Rosemary charges David with combing through Margot’s life to try and figure out what might have happened to her. And so, just like in Hitchcock’s Rear Window David is invited to become a voyeur in his daughter’s life – and by extension so are we. He gets ahold of Margot’s laptop (troublingly left behind) and inevitably begins to learn that there is a deep secret life that Margot lived that he was completely not privy to. People he thought were her friends turn out to be mere acquaintances, her surface-level online projection of the model student and model daughter starts crumbling the deeper David dives. And as the ground keeps shifting under his feet, we join David in agonizing over the meaning of innocuous text conversations, poring over random Instagram comments, and going down numerous internet rabbit trails trying to figure out what happened to Margot and who, if anybody, could be out to hurt her. But each nugget of information does not provide David any more clarity and instead spends him spiralling further and further as he finds himself projecting the worst and facing the very real possibility that perhaps he never knew his daughter at all.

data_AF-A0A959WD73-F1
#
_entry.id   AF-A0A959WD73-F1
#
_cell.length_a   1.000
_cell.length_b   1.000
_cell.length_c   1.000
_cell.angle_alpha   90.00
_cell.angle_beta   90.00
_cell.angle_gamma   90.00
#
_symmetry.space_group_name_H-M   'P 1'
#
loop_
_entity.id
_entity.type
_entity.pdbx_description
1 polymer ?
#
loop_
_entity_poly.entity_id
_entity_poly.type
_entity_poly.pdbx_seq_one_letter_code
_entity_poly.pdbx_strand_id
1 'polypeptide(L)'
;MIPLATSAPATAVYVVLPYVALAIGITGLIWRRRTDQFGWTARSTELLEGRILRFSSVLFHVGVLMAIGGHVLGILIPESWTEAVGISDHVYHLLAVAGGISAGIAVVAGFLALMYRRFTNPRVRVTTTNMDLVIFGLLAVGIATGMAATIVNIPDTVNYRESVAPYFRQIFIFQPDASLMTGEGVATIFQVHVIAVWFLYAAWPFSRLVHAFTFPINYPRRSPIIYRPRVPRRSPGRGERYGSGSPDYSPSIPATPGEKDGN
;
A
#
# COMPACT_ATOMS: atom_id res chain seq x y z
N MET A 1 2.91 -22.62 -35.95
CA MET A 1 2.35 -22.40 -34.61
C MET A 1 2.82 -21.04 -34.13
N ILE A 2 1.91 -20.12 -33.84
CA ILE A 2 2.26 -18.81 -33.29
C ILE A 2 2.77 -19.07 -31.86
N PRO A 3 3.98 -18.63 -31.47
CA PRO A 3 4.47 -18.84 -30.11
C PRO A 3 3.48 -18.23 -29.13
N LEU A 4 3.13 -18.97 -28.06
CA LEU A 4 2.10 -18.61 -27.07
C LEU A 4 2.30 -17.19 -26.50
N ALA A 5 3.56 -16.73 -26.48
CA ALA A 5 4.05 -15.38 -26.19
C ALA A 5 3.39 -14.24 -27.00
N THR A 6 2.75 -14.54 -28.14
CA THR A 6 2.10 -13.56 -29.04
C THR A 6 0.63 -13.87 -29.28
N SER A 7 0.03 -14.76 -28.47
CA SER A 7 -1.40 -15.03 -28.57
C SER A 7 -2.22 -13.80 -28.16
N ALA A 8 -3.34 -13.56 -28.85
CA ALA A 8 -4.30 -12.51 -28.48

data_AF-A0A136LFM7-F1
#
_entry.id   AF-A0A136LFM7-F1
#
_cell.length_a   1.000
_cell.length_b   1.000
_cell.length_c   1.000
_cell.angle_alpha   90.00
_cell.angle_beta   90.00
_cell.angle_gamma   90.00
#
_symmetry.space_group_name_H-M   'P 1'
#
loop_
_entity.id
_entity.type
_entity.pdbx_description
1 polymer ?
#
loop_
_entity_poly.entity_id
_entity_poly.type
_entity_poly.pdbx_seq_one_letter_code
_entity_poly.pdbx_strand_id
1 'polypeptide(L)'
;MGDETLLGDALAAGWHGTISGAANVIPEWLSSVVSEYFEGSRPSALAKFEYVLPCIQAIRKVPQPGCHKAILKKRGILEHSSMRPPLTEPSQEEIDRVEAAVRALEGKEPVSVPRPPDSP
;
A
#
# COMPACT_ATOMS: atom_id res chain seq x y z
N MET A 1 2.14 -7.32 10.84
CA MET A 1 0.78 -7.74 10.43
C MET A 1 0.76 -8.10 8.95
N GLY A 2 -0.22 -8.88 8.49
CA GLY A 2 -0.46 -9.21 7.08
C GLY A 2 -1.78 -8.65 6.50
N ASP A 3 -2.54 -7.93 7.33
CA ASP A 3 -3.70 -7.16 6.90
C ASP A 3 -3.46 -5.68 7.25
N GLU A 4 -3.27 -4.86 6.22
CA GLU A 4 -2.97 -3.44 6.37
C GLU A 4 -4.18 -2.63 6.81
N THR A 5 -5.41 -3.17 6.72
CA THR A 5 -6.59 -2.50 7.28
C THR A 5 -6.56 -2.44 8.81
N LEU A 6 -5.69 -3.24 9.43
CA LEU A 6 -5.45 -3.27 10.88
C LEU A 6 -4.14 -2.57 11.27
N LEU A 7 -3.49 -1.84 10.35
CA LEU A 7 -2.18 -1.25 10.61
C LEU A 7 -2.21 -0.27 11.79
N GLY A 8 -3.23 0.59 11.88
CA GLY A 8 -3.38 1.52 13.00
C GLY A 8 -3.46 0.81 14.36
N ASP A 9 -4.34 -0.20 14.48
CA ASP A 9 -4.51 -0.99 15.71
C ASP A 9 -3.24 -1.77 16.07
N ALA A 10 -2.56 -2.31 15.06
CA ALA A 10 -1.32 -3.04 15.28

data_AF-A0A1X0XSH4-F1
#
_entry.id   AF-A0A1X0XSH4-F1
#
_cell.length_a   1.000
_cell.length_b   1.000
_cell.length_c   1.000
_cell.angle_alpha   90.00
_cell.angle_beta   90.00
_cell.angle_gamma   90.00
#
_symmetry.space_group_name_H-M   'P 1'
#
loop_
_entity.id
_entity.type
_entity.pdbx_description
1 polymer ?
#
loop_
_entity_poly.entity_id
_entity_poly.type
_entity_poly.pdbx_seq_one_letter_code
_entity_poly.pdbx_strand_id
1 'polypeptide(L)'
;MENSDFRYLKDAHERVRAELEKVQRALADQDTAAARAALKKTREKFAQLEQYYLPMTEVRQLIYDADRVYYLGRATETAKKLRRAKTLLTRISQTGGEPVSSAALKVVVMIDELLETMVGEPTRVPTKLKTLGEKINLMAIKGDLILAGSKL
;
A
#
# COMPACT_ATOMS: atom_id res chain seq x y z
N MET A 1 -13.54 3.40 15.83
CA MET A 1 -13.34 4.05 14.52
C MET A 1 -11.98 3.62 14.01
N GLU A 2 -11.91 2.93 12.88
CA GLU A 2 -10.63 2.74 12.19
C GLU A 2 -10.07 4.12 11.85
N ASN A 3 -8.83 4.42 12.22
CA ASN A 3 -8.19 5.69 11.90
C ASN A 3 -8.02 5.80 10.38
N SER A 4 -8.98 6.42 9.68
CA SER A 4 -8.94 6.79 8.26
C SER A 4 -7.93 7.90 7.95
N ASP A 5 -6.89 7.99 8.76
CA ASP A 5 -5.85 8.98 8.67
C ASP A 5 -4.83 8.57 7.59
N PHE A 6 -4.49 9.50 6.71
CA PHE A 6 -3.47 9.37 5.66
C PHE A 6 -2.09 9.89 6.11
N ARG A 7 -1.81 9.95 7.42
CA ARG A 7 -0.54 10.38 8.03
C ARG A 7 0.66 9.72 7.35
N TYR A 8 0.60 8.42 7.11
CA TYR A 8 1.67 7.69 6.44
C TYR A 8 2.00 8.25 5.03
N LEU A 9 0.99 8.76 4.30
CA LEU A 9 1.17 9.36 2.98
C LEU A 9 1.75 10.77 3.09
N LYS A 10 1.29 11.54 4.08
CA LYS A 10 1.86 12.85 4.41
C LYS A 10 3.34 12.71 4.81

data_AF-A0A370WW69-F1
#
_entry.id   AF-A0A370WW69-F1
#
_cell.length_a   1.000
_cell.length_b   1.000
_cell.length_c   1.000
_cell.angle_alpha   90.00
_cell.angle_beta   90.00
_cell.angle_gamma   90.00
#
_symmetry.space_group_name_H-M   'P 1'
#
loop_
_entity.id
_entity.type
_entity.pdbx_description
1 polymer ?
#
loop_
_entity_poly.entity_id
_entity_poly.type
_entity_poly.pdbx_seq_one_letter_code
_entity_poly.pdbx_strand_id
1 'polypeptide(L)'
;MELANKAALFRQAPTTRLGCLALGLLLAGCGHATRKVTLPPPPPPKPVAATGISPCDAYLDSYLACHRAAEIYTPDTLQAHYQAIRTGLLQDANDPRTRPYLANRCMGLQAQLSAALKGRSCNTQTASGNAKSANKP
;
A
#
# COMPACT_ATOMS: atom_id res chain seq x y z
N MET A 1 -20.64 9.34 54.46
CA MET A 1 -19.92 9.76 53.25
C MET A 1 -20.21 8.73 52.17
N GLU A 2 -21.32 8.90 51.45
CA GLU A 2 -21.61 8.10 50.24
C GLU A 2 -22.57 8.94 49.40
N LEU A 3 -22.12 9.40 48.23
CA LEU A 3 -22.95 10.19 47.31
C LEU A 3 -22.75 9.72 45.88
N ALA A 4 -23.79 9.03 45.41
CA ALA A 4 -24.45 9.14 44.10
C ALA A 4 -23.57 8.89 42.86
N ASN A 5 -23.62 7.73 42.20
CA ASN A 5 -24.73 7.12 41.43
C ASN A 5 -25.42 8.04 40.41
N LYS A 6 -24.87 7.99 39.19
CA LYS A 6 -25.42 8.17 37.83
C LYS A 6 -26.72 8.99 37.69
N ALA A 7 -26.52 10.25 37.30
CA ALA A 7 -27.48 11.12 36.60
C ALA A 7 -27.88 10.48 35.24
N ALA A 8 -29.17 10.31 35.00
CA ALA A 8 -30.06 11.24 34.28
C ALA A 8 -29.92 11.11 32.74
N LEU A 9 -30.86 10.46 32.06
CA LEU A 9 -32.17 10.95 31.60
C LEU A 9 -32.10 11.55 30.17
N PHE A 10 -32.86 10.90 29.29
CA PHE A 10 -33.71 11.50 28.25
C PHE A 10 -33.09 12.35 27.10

But of course it is not just what David uncovers that is compelling, it is how he does it that is interesting. As each potential nugget of information comes in we see him filling out an ever-growing Excel spreadsheet – documenting his discoveries in real-time. His browser ends up with a plethora of tabs opened as he dives deeper and deeper to discovering the truth. His desktop which is meticulously clean at the beginning of the movie becomes increasingly cluttered with icons as he saves every bit of relevant information that he finds. Unlike many movies that purport to be set in modern times, David actually uses the technology available to us in ways that we would actually use them which makes his increasing desperation as he exhausts more and more options all the more frightening for us.